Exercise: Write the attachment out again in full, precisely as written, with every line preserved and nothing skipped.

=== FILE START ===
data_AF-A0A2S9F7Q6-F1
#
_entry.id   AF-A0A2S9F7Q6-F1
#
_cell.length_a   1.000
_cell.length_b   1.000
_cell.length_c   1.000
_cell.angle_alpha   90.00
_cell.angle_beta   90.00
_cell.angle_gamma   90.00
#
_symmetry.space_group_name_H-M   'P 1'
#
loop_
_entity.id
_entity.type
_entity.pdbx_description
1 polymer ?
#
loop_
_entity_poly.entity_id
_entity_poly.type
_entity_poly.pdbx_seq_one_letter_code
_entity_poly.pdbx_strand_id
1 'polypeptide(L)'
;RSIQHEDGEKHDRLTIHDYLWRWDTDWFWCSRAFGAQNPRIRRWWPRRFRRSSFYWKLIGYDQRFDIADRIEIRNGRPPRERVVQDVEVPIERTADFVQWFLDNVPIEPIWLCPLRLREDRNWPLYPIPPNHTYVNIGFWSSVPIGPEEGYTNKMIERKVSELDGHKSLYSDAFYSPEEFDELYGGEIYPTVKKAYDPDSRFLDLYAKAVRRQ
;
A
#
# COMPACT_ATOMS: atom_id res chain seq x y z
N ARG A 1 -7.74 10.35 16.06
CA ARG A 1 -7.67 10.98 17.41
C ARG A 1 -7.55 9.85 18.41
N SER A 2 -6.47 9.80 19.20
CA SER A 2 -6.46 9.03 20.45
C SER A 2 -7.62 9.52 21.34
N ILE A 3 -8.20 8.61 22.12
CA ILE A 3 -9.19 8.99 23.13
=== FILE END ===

data_AF-A0A2S9F7Q6-F1
#
_entry.id   AF-A0A2S9F7Q6-F1
#
_cell.length_a   1.000
_cell.length_b   1.000
_cell.length_c   1.000
_cell.angle_alpha   90.00
_cell.angle_beta   90.00
_cell.angle_gamma   90.00
#
_symmetry.space_group_name_H-M   'P 1'
#
loop_
_entity.id
_entity.type
_entity.pdbx_description
1 polymer ?
#
loop_
_entity_poly.entity_id
_entity_poly.type
_entity_poly.pdbx_seq_one_letter_code
_entity_poly.pdbx_strand_id
1 'polypeptide(L)'
;RSIQHEDGEKHDRLTIHDYLWRWDTDWFWCSRAFGAQNPRIRRWWPRRFRRSSFYWKLIGYDQRFDIADRIEIRNGRPPRERVVQDVEVPIERTADFVQWFLDNVPIEPIWLCPLRLREDRNWPLYPIPPNHTYVNIGFWSSVPIGPEEGYTNKMIERKVSELDGHKSLYSDAFYSPEEFDELYGGEIYPTVKKAYDPDSRFLDLYAKAVRRQ
;
A
#
# COMPACT_ATOMS: atom_id res chain seq x y z
N ARG A 1 -7.74 10.35 16.06
CA ARG A 1 -7.67 10.98 17.41
C ARG A 1 -7.55 9.85 18.41
N SER A 2 -6.47 9.80 19.20
CA SER A 2 -6.46 9.03 20.45
C SER A 2 -7.62 9.52 21.34
N ILE A 3 -8.20 8.61 22.12
CA ILE A 3 -9.19 8.99 23.13